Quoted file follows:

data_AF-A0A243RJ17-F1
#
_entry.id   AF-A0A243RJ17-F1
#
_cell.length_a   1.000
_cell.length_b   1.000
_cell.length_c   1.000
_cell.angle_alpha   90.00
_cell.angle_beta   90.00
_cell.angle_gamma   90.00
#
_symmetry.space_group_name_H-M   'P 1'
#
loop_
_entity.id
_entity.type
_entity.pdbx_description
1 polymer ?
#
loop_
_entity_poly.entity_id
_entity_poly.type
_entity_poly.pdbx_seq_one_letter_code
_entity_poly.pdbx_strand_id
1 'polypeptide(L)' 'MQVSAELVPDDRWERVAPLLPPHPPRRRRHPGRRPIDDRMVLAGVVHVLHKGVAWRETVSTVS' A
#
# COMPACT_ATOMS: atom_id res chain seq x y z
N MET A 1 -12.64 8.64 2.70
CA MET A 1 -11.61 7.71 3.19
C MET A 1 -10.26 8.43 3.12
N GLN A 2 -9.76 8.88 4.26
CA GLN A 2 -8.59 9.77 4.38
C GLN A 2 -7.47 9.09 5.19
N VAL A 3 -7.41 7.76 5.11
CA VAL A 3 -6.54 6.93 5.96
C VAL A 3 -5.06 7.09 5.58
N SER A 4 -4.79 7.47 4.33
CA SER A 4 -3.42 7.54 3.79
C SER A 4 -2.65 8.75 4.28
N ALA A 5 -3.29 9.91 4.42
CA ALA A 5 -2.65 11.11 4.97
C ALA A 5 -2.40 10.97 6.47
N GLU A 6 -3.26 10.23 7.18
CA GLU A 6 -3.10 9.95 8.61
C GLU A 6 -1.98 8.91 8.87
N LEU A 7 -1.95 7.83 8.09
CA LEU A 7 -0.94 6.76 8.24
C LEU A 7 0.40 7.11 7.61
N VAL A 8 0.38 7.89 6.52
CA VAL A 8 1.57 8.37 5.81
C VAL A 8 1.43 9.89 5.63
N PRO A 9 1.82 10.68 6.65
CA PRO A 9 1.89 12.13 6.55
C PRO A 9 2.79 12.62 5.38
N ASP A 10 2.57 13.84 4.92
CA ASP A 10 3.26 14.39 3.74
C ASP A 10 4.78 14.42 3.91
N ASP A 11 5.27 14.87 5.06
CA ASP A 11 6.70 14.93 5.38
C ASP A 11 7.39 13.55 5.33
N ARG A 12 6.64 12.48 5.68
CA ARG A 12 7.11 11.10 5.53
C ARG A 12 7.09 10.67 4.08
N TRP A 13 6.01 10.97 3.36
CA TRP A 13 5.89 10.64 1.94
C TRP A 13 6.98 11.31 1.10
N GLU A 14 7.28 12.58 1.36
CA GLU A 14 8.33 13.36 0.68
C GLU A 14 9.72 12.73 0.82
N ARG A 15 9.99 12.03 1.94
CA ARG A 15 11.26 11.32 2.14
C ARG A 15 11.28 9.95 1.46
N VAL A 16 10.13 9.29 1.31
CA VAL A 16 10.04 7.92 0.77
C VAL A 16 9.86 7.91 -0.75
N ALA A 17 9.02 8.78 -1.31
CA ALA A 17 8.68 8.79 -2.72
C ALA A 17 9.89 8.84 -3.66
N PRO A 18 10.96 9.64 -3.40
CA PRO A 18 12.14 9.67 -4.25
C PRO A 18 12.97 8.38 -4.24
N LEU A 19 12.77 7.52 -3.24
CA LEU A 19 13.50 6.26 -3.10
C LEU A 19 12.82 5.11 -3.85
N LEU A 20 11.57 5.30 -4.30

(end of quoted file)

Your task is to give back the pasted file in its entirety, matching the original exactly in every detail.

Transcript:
data_AF-A0A243RJ17-F1
#
_entry.id   AF-A0A243RJ17-F1
#
_cell.length_a   1.000
_cell.length_b   1.000
_cell.length_c   1.000
_cell.angle_alpha   90.00
_cell.angle_beta   90.00
_cell.angle_gamma   90.00
#
_symmetry.space_group_name_H-M   'P 1'
#
loop_
_entity.id
_entity.type
_entity.pdbx_description
1 polymer ?
#
loop_
_entity_poly.entity_id
_entity_poly.type
_entity_poly.pdbx_seq_one_letter_code
_entity_poly.pdbx_strand_id
1 'polypeptide(L)' 'MQVSAELVPDDRWERVAPLLPPHPPRRRRHPGRRPIDDRMVLAGVVHVLHKGVAWRETVSTVS' A
#
# COMPACT_ATOMS: atom_id res chain seq x y z
N MET A 1 -12.64 8.64 2.70
CA MET A 1 -11.61 7.71 3.19
C MET A 1 -10.26 8.43 3.12
N GLN A 2 -9.76 8.88 4.26
CA GLN A 2 -8.59 9.77 4.38
C GLN A 2 -7.47 9.09 5.19
N VAL A 3 -7.41 7.76 5.11
CA VAL A 3 -6.54 6.93 5.96
C VAL A 3 -5.06 7.09 5.58
N SER A 4 -4.79 7.47 4.33
CA SER A 4 -3.42 7.54 3.79
C SER A 4 -2.65 8.75 4.28
N ALA A 5 -3.29 9.91 4.42
CA ALA A 5 -2.65 11.11 4.97
C ALA A 5 -2.40 10.97 6.47
N GLU A 6 -3.26 10.23 7.18
CA GLU A 6 -3.10 9.95 8.61
C GLU A 6 -1.98 8.91 8.87
N LEU A 7 -1.95 7.83 8.09
CA LEU A 7 -0.94 6.76 8.24
C LEU A 7 0.40 7.11 7.61
N VAL A 8 0.38 7.89 6.52
CA VAL A 8 1.57 8.37 5.81
C VAL A 8 1.43 9.89 5.63
N PRO A 9 1.82 10.68 6.65
CA PRO A 9 1.89 12.13 6.55
C PRO A 9 2.79 12.62 5.38
N ASP A 10 2.57 13.84 4.92
CA ASP A 10 3.26 14.39 3.74
C ASP A 10 4.78 14.42 3.91
N ASP A 11 5.27 14.87 5.06
CA ASP A 11 6.70 14.93 5.38
C ASP A 11 7.39 13.55 5.33
N ARG A 12 6.64 12.48 5.68
CA ARG A 12 7.11 11.10 5.53
C ARG A 12 7.09 10.67 4.08
N TRP A 13 6.01 10.97 3.36
CA TRP A 13 5.89 10.64 1.94
C TRP A 13 6.98 11.31 1.10
N GLU A 14 7.28 12.58 1.36
CA GLU A 14 8.33 13.36 0.68
C GLU A 14 9.72 12.73 0.82
N ARG A 15 9.99 12.03 1.94
CA ARG A 15 11.26 11.32 2.14
C ARG A 15 11.28 9.95 1.46
N VAL A 16 10.13 9.29 1.31
CA VAL A 16 10.04 7.92 0.77
C VAL A 16 9.86 7.91 -0.75
N ALA A 17 9.02 8.78 -1.31
CA ALA A 17 8.68 8.79 -2.72
C ALA A 17 9.89 8.84 -3.66
N PRO A 18 10.96 9.64 -3.40
CA PRO A 18 12.14 9.67 -4.25
C PRO A 18 12.97 8.38 -4.24
N LEU A 19 12.77 7.52 -3.24
CA LEU A 19 13.50 6.26 -3.10
C LEU A 19 12.82 5.11 -3.85
N LEU A 20 11.57 5.30 -4.30